It would be the adventure of a lifetime for anyone else, but to Allan it is just ordinary life.
The film contains lots of quotable lines like” “Never talk too much,”, “Never plan anything,” “I eat, sleep and blow things up,” which are even funnier when heard in context of the film.
Director Hengren stays away from sentimentality and lets the tale, based on the bestselling book by Jonas Jonasson takes its course. It is a film that celebrates life with the message of not taking life too seriously. Those that plan in the film do not make it. The heroes are the ones like the guy that never finished his studies or the girl that stole the abused elephant from the circus as it was the right thing to do.
Many critics will likely dismiss the film as forgettable whimsical nonsense. But the film has already played 40 countries and grossed $50 million and a sequel is being considered. There are not many films made these days that celebrate seniors. This is one of them and should be enjoyed by everyone over the age of 60 or even earlier.
THE JUDGE (USA 2014) **
Directed by David Dobkin
The film starts off and spends quite a bit of time investing in the lead, Chicago defense attorney Hank Palmer’s (Robert Downey Jr). He is shown at the court washroom pissing on the prosecutor's pants, smart talking, overconfident and always right. If one can tolerate that behaviour throughout the film as well as Downey’s over confident performance, THE JUDGE might be a treat.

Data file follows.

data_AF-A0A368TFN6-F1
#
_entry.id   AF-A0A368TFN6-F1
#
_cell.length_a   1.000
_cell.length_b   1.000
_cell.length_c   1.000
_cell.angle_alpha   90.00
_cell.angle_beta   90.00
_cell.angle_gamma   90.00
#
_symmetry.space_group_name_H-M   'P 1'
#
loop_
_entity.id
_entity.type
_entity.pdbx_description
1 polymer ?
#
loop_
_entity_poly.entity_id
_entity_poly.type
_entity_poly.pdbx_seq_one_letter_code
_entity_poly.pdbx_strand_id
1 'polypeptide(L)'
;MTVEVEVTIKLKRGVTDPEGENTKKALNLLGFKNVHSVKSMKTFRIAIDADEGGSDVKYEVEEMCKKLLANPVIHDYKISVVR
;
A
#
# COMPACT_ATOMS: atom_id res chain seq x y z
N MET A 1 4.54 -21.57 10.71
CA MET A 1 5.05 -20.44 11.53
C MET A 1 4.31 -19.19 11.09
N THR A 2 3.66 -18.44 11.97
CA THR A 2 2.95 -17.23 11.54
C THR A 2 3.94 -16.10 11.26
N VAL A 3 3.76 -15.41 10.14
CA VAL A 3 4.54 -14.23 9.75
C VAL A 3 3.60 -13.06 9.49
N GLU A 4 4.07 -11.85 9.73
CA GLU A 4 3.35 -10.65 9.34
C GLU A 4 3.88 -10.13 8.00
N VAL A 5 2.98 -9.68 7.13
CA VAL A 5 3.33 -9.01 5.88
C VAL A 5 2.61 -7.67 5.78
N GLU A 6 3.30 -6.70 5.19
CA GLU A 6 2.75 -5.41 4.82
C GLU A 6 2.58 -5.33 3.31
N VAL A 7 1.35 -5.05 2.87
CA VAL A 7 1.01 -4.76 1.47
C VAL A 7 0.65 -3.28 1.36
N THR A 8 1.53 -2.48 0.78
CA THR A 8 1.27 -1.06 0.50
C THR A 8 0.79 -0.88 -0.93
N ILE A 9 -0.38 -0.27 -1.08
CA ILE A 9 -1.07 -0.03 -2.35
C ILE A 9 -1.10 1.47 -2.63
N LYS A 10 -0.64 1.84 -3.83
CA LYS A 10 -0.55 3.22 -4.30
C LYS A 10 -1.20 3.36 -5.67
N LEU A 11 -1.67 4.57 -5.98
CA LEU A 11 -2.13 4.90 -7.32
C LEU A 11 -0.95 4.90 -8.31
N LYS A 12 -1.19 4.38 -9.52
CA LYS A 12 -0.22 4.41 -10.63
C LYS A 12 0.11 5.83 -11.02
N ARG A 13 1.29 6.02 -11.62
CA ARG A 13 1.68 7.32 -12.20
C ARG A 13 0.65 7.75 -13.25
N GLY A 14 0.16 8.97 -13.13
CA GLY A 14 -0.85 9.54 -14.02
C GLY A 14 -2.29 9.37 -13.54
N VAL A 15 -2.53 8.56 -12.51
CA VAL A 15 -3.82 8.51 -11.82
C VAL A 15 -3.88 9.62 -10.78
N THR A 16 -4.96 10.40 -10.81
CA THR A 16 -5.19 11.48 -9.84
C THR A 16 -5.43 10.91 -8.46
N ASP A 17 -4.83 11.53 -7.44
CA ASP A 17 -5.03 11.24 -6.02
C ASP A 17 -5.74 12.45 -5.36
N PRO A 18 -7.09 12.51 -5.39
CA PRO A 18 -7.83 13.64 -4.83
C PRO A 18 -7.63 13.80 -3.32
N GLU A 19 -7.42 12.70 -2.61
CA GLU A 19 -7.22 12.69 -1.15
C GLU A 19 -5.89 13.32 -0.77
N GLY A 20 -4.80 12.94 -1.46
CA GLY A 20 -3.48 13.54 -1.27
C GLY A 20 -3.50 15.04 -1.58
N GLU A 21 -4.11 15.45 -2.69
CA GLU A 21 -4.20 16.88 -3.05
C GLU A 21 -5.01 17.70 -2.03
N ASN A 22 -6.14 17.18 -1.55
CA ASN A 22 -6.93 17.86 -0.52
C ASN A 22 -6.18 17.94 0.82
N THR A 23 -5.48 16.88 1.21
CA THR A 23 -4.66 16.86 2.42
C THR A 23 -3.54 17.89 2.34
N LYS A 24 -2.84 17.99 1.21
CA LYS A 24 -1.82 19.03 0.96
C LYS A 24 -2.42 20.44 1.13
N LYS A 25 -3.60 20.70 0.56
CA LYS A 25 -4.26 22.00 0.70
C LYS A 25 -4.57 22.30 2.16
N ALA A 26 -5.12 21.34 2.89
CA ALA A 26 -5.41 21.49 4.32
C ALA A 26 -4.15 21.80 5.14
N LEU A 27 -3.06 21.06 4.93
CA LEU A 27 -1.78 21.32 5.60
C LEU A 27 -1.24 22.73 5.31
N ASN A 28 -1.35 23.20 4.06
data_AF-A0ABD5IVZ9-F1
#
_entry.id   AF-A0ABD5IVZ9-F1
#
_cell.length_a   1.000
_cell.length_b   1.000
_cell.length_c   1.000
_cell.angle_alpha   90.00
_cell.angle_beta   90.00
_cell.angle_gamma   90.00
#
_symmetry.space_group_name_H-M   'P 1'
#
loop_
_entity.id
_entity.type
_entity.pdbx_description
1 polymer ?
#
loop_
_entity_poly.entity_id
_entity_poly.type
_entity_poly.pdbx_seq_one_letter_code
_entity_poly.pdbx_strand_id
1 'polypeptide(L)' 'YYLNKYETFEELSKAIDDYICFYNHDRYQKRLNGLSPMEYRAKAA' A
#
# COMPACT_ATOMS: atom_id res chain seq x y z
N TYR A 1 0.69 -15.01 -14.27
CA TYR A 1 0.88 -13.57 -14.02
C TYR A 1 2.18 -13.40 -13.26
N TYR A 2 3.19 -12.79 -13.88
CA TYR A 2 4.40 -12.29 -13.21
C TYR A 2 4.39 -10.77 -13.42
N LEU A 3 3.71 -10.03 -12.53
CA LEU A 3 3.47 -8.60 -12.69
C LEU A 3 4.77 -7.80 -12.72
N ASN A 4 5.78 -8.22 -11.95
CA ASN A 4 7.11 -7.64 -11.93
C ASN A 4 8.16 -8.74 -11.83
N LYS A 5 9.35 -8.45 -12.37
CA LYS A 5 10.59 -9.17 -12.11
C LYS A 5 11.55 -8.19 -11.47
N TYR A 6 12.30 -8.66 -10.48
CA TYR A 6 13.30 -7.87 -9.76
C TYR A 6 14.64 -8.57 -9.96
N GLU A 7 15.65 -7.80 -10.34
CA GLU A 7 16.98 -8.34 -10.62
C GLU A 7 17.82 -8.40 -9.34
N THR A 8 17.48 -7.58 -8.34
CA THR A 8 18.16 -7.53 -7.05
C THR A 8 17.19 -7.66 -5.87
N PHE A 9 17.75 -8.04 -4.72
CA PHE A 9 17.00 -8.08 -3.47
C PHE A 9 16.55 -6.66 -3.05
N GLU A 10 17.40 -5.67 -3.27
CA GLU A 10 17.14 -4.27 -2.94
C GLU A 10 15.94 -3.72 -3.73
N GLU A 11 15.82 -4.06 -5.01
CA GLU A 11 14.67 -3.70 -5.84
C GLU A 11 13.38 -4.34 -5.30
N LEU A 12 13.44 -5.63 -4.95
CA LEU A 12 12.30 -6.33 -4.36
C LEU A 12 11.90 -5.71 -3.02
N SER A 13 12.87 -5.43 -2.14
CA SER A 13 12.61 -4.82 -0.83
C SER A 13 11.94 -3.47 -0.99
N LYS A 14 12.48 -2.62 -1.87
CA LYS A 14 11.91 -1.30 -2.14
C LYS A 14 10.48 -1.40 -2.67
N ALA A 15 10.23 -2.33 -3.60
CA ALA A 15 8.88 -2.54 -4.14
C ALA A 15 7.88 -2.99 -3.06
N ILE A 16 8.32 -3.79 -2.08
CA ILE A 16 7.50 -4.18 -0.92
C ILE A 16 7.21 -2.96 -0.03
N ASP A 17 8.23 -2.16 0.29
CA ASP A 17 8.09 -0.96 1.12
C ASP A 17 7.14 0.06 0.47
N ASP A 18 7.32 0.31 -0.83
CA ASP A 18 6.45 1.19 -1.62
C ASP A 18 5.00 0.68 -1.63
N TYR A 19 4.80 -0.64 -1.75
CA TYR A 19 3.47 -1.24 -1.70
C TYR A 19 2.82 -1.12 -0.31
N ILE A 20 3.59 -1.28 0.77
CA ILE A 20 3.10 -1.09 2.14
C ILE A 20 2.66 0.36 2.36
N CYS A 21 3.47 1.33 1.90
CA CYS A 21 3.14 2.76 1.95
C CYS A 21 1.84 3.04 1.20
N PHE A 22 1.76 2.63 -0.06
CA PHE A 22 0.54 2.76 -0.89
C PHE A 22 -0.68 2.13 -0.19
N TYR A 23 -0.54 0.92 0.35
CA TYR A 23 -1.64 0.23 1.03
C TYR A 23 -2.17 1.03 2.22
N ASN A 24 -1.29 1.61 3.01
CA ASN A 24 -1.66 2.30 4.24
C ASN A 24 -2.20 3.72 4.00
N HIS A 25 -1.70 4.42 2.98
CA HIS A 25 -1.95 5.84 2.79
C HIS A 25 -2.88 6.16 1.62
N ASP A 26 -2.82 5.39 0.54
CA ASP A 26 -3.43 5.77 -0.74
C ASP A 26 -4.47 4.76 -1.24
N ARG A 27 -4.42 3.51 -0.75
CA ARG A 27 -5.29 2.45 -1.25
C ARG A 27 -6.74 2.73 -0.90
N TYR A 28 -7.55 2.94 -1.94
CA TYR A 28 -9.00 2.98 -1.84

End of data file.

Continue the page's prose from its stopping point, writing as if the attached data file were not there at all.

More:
This is the story of the prodigal son who made good in law and came back home to defend his father Judge Joseph Palmer (Robert Duvall) from a hit and run. The father and son relationship is as much the key issue as the trial. But the dysfunctional familial drama suffers from the usual stuff - over doting grandchildren, sour wife, current swing with old girlfriend (Vera Farminga) and so on. The silly sub plots of the challenged youngest brother with the camera and his sleeping with who cold be his possible daughter lengthens the film already too long 140 minutes running time.
Dobkin’s (WEDDING CRASHERS) film is not short on subtlety. It cannot be more drilled into the audience of the two highly different paths the father and son have taken that a wide shot be taken of the two walking opposite directions after coming out of their car. Again in another highly charged argument scene, the judge and son walk out into gale winds, the ferocity of which reflects their anger. But it then turns funny, with the prosecutor’s (Billy Bob Thornton) collapsable compact coffee mug, signifying that he can squash his opponent's defence away.